At the same time those millions of employees who kept our healthcare, logistics and other essential sinews of our country going for nearly two years, have been stretched often to breaking point and are burnt out. Figures for understaffing in the NHS, and social care for example, are alarming.  So are figures for people completely exiting the labour market, a phenomenon we don’t fully understand but which may well be related to chronic ill health among older workers in particular.

Great resignation

The extent of the so-called Great Resignation – employees leaving and/or changing jobs in droves – is becoming clear. In the UK over 1 million people – equivalent to 3.1 per cent of the workforce – moved jobs in the third quarter of 2021 – the rate fastest since 2008.

It looks as if while early in the pandemic people felt insecure and keen to hang on to their jobs, they are now looking to explore their options. The volume of Google searches for ‘leave job’ are 50 per cent higher than they were in early 2020. It seems that many employees are taking a far more transactional approach; sentiment and loyalty may be in short supply. The evidence also suggests that many employees are more explicitly concerned about meaning, purpose and fairness at work and are increasingly willing to walk away from toxic cultures.

Although many organisations did their best to engage staff through the challenge of the pandemic, there is clearly a significant proportion of the workforce that feels let down, whether through ‘furlough’ that wasn’t, poor management of health and wellbeing, managers not taking individual circumstances into account, and so on. In the words of PG Wodehouse, we can see that, if not actually disgruntled, many are far from being gruntled…

Trade Unions

No wonder that across the trade union movement there’s a sense that the time has come for a serious flexing of the muscles. If not now, when bargaining conditions favour labour, then when?  We read that UNITE are polling members in the Financial Conduct Authority in an indicative ballot for industrial action over performance related pay, just one of many such stories, affecting for example Tesco, the National Institute for Economic and Social Research,  Wincanton, Natural England and many universities in recent weeks.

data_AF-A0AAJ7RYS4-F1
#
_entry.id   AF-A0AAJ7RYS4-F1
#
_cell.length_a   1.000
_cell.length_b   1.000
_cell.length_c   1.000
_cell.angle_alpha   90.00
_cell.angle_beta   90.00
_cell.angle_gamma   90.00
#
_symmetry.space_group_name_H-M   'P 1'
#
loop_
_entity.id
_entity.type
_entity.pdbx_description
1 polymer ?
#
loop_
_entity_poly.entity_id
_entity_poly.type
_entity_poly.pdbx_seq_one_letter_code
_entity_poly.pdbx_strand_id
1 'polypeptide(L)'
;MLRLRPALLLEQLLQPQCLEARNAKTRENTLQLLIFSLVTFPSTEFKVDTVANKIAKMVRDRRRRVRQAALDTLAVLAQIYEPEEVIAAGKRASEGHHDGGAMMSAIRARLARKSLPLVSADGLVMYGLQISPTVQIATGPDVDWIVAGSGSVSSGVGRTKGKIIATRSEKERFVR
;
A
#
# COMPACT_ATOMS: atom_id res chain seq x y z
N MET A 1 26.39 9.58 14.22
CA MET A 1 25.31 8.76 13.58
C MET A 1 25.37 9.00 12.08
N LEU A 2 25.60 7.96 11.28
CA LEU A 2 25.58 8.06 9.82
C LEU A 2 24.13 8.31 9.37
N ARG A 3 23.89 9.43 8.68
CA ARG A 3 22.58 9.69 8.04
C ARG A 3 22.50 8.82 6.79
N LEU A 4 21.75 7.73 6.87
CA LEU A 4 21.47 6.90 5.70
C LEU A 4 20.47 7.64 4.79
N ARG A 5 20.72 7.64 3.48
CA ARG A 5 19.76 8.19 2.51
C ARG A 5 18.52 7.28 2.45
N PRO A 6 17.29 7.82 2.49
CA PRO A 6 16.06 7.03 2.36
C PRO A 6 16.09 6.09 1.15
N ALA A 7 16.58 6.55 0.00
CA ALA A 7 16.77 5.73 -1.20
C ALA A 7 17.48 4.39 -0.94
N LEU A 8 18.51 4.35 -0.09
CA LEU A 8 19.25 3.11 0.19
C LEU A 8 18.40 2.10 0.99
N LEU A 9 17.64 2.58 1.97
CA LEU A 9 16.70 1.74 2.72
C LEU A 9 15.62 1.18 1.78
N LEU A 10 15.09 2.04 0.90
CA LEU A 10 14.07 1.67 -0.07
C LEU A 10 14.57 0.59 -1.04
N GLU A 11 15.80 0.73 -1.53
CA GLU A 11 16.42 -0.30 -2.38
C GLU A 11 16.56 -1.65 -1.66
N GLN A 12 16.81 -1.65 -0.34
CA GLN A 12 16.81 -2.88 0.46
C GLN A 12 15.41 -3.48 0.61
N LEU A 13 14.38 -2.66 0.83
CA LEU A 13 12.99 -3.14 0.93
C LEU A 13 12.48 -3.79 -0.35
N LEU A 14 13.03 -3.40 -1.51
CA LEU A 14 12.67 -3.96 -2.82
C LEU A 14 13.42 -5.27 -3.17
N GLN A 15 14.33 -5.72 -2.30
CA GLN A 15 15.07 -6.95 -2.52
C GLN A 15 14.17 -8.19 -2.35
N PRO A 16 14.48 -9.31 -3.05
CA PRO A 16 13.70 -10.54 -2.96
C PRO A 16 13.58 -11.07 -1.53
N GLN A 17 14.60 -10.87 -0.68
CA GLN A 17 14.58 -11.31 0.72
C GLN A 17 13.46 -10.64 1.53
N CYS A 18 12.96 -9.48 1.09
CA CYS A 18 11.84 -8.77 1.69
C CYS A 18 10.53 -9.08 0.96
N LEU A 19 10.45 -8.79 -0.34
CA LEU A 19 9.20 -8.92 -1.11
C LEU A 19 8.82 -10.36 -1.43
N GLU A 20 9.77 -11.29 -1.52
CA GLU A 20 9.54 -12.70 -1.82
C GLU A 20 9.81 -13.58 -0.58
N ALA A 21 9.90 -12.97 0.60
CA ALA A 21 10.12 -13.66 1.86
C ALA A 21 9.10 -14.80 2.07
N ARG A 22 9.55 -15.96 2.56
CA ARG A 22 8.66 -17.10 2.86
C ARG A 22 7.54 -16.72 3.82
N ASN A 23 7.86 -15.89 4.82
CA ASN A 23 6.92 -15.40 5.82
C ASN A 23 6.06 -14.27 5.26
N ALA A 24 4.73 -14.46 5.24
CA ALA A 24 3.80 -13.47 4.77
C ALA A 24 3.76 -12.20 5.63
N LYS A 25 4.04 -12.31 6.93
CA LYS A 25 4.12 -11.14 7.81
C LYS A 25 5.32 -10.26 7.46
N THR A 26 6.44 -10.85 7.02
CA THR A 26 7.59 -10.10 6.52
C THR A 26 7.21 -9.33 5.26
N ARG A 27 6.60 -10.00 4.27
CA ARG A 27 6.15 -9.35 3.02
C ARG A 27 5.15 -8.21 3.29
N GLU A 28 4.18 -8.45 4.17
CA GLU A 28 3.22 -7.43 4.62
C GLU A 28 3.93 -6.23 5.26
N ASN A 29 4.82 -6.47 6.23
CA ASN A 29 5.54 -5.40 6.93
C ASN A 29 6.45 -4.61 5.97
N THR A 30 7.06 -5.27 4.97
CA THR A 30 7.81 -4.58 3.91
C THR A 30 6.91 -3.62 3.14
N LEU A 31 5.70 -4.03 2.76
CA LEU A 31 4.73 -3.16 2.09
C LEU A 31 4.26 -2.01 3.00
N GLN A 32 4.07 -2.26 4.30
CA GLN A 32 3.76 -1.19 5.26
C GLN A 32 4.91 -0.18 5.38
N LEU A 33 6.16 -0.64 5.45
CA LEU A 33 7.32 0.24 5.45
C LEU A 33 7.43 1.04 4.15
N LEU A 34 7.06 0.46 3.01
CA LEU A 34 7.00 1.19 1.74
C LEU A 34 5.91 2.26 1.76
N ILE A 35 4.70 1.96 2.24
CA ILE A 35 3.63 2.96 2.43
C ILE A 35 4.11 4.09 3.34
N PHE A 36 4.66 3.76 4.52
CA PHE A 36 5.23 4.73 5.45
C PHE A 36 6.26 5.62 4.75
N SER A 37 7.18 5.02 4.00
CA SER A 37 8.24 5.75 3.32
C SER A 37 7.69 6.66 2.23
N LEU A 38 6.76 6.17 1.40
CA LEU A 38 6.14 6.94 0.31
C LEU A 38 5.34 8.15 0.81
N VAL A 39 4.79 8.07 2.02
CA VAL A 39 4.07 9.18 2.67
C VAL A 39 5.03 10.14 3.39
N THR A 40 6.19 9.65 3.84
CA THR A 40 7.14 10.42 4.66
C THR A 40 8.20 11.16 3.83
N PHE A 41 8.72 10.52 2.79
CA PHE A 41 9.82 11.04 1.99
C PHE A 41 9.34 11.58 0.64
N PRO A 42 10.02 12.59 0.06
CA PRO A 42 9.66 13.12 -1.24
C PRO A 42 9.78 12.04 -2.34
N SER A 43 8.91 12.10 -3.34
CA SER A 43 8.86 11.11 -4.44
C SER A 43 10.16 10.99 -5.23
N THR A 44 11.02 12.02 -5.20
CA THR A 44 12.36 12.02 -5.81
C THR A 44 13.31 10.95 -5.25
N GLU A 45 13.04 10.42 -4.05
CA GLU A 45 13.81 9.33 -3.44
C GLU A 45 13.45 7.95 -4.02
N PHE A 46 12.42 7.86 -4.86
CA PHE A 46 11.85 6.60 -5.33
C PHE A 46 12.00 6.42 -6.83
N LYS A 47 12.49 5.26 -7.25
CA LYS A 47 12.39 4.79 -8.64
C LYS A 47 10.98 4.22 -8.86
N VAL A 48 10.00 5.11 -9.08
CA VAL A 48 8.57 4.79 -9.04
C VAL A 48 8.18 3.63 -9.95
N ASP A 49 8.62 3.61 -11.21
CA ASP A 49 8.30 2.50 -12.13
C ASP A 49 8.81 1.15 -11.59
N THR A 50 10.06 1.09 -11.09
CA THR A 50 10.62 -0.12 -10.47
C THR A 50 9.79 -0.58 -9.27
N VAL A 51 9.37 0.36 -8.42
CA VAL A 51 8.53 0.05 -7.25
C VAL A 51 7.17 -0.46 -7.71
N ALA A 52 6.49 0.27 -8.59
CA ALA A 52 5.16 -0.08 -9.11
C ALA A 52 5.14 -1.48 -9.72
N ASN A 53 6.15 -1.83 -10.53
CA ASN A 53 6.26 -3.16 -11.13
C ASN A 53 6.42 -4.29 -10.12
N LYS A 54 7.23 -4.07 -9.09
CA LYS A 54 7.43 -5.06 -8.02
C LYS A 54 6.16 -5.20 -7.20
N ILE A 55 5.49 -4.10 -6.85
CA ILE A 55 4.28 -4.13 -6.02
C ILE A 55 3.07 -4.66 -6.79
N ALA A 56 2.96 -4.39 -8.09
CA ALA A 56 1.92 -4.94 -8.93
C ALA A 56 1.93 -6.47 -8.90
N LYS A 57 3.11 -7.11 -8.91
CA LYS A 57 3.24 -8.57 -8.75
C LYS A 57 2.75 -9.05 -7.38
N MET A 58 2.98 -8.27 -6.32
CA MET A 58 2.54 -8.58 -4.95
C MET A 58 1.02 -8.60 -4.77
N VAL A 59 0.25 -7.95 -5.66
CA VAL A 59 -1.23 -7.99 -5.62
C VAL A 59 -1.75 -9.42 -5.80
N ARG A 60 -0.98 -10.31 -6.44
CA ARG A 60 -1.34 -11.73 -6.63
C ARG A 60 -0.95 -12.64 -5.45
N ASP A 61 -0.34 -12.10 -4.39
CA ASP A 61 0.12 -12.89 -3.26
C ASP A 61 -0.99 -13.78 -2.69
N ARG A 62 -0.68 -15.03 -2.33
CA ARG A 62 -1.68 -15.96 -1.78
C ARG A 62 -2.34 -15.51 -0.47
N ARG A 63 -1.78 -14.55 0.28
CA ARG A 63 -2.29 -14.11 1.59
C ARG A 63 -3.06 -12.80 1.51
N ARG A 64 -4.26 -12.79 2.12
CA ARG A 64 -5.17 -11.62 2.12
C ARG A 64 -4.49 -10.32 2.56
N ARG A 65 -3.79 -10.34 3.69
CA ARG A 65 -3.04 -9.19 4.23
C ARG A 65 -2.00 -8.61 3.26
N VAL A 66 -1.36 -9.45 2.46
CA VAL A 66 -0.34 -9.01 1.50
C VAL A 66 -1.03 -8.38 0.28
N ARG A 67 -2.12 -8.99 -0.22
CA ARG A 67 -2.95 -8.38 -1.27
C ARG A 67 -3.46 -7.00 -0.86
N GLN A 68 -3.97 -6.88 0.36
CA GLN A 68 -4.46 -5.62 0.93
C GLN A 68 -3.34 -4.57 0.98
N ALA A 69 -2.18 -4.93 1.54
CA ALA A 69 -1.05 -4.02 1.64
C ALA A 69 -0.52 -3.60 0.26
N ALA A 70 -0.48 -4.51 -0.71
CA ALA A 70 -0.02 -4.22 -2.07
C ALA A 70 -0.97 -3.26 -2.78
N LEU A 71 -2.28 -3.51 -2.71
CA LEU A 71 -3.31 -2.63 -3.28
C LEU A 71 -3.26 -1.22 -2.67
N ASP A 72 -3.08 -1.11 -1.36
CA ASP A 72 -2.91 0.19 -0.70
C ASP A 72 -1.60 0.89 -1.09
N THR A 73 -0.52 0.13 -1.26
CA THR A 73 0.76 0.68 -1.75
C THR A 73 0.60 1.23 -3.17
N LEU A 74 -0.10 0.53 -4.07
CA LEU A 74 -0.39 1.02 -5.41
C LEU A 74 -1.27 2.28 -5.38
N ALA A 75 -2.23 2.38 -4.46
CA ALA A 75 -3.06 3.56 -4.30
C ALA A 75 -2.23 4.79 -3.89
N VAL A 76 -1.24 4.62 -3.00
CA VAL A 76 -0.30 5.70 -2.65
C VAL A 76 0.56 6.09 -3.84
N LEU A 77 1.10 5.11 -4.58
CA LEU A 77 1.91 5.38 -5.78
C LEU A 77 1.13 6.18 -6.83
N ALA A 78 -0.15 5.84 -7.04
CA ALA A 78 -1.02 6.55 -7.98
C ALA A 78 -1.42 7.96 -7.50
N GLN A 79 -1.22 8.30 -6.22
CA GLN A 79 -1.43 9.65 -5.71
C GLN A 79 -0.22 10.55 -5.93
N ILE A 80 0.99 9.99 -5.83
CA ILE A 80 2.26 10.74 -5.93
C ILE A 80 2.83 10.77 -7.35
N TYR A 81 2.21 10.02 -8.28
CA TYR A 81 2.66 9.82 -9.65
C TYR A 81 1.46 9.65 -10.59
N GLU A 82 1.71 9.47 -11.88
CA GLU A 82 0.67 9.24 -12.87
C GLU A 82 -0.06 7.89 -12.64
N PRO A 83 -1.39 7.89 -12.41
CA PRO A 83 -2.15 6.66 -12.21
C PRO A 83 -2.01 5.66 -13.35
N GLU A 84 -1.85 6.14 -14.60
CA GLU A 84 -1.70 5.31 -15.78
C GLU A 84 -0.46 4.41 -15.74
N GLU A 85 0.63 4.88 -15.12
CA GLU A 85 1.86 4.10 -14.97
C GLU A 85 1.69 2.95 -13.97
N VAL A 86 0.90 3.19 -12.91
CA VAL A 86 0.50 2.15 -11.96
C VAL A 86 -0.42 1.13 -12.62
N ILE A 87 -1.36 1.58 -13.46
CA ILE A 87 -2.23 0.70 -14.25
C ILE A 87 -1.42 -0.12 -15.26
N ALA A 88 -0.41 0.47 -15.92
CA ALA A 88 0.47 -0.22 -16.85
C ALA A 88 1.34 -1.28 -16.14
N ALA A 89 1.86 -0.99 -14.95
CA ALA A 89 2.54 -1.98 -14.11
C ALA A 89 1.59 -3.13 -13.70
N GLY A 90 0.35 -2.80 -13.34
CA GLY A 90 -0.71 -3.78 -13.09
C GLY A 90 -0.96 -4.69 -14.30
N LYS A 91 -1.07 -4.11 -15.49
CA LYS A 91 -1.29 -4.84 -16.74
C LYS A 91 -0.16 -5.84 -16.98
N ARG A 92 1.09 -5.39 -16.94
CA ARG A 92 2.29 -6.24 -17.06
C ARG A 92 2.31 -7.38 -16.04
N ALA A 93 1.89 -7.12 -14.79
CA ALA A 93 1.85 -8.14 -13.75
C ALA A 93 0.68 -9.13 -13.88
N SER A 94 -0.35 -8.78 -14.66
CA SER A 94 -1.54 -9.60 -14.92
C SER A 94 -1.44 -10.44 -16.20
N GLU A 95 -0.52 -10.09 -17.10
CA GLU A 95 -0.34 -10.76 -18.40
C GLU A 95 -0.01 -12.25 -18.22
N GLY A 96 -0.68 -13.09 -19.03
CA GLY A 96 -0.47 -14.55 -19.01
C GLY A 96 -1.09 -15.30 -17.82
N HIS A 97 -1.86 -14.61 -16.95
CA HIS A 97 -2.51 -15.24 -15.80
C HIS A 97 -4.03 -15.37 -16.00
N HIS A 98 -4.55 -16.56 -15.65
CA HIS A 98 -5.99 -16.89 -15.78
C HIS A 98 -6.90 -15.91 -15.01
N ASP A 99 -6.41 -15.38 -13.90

The government’s slogan to move the UK to a high wage, high skilled economy – although we hear less about it recently - plays strongly into the union movement’s hands. Indeed, it would not be surprising to the see the Prime Minister quoted on placards as union members take action to improve their pay and working conditions.

After decades of decline, we have seen trade union membership beginning to rise again over the past five years. And while we are now seeing increasing, sporadic industrial action; we may well see more action, or willingness to threaten action, if inflation does continue to spiral and personal borrowing becomes much more expensive though increases in interest rates. Across the Atlantic, the USA has seen a wave of strikes and walkouts – last October being dubbed ‘Striketober’, with over 100,000 workers on or threatening industrial action.